It’s a milestone year for the Lacombe Lions Club as members are hosting a 100th birthday celebration of the organization, and an official dedication for the fountain at Cranna Lake on July 15th.
This year also marks 79 years of service for the Lacombe Lions as well.
Excitement about the event is building as up to 600 people are expected to attend the barbecue. “The barbecue is from 11:30 a.m. until 2 p.m. and the fountain dedication is at 1 p.m.”, said Pat Dahl, a local Lions member.
The fountain was installed last year, and altogether, it’s been about a three-year project, she said, adding she’s been a Lions member for about 15 years between the Alix and the Lacombe Lions Clubs.
She said seeing the fountain installed was a big milestone for the Club, and the City was certainly helpful in bringing the project to fruition.
“The City was awesome – they jumped onboard and helped out with servicing and financially.”
Dave Schurman, who has been a Lions member for more than 30 years, echoed those thoughts and added that several dignitaries will also be onhand to help mark the occasion. Some Edmonton Lions members will also be at the event to help out with the barbecue and other aspects of the celebration.
As to the project, both Dahl and Schurman said that local Lion Larry Medd has also really been the driving force behind the project from the get-go.
Locally, according to information provided by the Lacombe Lions, the history of the Lacombe Lions reaches back to 1938 – on May 31st, 1938, 22 individuals in the Lacombe community joined together to form the Lacombe Lions Club.
Members contributed countless hours and donations to various individuals and projects in and around Lacombe starting in 1938 with construction of new tennis courts, sweaters for two hockey teams, milk distribution to school children and improvements to a children’s playground.
After the war years, the Lions made donations to the original Memorial Centre, bleachers for the sports park, high school scholarships, food hampers for the needy and the school Safety Patrol program run by the RCMP.
During those years, the Lions also supported families and youth through such events as swimming instructions, pancake breakfasts, golf tournaments and Halloween parties for children. They assisted with the purchase of furnishings for a nursing home, held a light bulb campaign and supplied instruments for the school band as well.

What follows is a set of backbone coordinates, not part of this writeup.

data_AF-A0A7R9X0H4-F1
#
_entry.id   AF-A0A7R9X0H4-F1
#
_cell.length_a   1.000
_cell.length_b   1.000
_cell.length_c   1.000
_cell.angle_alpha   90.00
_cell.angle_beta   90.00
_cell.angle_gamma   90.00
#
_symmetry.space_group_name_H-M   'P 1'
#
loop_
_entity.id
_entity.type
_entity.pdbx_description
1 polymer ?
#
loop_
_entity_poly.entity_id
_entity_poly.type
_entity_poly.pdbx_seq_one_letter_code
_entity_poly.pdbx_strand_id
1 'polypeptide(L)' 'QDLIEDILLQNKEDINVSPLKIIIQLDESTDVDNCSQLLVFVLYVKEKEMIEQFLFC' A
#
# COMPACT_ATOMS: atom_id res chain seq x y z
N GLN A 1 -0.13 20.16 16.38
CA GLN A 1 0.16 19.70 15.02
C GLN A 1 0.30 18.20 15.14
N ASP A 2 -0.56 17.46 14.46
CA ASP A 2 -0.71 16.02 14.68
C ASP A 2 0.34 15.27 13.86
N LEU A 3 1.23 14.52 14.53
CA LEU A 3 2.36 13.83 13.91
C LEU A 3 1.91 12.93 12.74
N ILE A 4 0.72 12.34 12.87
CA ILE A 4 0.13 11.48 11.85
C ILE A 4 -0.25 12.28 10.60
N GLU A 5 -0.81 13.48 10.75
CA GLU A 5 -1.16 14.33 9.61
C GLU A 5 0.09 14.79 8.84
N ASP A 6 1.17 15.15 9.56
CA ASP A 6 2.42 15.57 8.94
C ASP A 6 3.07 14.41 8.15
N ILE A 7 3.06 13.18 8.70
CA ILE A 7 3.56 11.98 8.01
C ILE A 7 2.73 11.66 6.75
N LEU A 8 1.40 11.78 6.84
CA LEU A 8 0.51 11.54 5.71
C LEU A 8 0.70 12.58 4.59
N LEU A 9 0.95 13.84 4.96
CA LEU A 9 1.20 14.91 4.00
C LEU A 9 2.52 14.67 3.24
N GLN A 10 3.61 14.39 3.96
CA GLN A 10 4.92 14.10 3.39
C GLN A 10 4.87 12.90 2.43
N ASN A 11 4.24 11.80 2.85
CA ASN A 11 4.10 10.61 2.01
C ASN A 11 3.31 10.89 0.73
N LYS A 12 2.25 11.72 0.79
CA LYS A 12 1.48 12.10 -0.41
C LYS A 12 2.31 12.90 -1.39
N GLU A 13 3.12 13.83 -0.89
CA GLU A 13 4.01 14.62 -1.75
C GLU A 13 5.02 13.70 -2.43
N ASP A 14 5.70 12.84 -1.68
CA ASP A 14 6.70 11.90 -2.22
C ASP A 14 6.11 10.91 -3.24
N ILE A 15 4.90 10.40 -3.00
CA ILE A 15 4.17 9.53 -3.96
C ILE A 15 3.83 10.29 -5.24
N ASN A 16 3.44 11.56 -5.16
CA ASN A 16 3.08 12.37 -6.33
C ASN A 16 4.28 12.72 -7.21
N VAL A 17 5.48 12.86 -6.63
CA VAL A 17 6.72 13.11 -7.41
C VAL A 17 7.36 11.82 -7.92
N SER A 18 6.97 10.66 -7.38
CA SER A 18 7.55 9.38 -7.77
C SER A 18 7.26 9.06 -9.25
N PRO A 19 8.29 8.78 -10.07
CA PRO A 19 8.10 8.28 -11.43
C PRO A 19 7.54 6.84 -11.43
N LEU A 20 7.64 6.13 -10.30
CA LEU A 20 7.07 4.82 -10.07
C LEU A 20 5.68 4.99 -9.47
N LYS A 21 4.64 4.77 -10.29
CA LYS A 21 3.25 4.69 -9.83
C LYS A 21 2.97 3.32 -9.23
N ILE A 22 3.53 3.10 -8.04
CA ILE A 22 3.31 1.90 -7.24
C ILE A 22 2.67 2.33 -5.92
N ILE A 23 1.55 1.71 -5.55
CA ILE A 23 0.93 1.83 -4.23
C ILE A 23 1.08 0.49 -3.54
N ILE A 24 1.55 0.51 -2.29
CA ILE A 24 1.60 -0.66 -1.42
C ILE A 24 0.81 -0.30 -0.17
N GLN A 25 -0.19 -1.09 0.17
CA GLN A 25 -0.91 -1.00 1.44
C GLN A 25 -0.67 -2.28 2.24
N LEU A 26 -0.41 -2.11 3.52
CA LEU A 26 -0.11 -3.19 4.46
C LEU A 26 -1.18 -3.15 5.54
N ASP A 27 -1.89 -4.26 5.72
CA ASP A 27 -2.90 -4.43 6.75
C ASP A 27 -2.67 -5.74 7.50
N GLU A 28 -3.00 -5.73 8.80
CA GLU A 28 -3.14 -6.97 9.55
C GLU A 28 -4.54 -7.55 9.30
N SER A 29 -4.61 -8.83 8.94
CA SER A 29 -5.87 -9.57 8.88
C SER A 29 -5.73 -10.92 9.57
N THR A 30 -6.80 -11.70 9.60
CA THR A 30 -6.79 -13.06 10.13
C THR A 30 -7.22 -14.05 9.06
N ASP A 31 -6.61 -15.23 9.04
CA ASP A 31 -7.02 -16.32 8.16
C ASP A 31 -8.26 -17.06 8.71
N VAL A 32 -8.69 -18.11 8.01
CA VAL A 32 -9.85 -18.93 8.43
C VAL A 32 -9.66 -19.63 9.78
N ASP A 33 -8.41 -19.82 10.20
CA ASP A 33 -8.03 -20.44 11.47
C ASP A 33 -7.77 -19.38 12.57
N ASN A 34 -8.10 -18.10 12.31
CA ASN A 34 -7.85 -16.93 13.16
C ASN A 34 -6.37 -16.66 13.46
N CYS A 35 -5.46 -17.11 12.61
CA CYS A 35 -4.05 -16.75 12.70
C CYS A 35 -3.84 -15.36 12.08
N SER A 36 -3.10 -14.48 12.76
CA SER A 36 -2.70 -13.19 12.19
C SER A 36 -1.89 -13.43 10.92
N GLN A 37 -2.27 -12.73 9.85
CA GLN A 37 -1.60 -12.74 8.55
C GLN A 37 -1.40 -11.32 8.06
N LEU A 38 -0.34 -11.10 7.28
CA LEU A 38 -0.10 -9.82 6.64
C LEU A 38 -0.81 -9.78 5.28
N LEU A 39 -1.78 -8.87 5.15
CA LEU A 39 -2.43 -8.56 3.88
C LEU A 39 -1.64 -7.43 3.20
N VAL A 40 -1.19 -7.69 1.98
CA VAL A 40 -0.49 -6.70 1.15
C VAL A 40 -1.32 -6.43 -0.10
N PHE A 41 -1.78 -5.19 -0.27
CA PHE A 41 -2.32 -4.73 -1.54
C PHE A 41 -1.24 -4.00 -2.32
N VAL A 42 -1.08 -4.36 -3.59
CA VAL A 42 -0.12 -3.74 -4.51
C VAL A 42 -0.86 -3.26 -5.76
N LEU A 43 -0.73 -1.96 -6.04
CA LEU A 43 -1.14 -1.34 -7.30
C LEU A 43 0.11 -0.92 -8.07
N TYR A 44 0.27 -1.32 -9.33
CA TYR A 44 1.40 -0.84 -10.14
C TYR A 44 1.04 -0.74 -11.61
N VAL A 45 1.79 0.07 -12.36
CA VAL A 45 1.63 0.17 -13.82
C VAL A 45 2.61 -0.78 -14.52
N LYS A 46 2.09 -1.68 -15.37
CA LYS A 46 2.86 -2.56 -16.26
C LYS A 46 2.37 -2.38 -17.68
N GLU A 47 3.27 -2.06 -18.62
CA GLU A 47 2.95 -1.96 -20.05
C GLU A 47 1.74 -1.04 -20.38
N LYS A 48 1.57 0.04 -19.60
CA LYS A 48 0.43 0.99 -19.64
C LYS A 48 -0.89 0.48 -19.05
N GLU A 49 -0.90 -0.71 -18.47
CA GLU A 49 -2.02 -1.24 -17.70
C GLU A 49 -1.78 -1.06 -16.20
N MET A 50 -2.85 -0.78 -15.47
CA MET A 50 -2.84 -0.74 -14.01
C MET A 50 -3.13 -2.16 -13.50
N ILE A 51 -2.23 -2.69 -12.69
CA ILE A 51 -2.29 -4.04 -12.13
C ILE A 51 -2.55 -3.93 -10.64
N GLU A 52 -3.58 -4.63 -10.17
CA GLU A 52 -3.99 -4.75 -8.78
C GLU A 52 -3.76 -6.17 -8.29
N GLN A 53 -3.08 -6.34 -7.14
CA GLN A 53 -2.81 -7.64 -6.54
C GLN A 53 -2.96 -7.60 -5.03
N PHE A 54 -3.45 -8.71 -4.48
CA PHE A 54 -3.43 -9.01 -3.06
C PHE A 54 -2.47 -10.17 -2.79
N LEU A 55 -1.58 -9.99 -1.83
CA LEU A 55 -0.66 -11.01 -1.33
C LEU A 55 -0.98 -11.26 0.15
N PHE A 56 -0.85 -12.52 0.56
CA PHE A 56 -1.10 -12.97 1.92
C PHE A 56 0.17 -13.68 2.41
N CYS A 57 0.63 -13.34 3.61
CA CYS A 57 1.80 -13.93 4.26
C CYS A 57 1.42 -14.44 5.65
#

During the 1960s and 1970s, the original Greyhound bus was purchased for $25,000 by the Lions and was driven for about 20 years before a ‘new’ bus was purchased for $107,000 and was paid off in one year.
Schurman said thanks were in order to the many outstanding volunteers over the years who acted as drivers and mechanics – the bus was a much appreciated means of transportation for many Lacombe citizens.
“Many seniors, hockey players, band members, football players and other town residents, who enjoyed a night at the races or the theater, were users of the Lions’ bus.”
The Lions Community Band was also established in 1968 – to this day the group has provided countless hours of entertainment to many. The band continues to perform all over Alberta and has provided visibility for the Lacombe community and the Lacombe Lions Club.
In the 1980s, the Lions were a major contributor to the new day care centre, assisted an area child who needed extensive surgery in the U.S., sponsored prizes to the 4-H Club which continues until this day as well as continuing with the high school scholarships, according to the Club.
Through many of these projects and support to the community, the Lacombe Lioness Club has also played a major role in many endeavours. The Lioness Club was formed in 1982 with 19 members and continued until the Lioness members joined the Lions in 1991.
The 1990s continued to be busy and active with blood donor clinics, Citizen of the Year Awards and repairs to the bleachers in time to help host the 1994 Alberta Senior Games.
For the last 17 years, the Lacombe Lions Club has continued to support minor sports organizations, seniors in nursing homes, Victim Services, STARS Air Ambulance and Camp He Ho Ha for people with disabilities.
In 2012 Lions provided $10,000 to the Lacombe Hospital for their Pain Management program – the only program of its kind outside of Calgary and Edmonton. Since 2006, more than 50,000 pair of used eye glasses have been collected by the club, sorted and delivered to Calgary for shipment to many developing nations.
The Club continues to hold dinner meetings on the first non-statutory Monday each month at the lower level of the Lacombe Legion and invites any Lacombe women and men to come to a meeting and consider joining.
As to the international club, it was Melvin Jones, a 38-year-old Chicago business leader, who told members of his local business club they should reach beyond business issues and address the betterment of their communities and the world. Jones’ group, the Business Circle of Chicago, agreed.
After contacting similar groups around the United States, an organizational meeting was held on June 7th, 1917, in Chicago.
In 1920, Lions Clubs become international by chartering a club in Windsor, Ontario. In 1944, the world’s first eye bank is created in New York City. Today, most eye banks are Lions-sponsored. In 1954, after an international contest among Lions, an official motto was chosen – ‘We Serve’.
More recently, in 2003 through SightFirst, Lions and The Carter Center record their 50 millionth river blindness treatment.
Meanwhile, as to what drew her to the Lions and continues to inspire her to serve, Dahl said it’s all about lending a helping hand.
“I like to help people, and that’s what Lions is about – helping and serving,” explained Dahl about her continued commitment to the organization. “You’re with like-minded people – we’re all there for the same purpose.”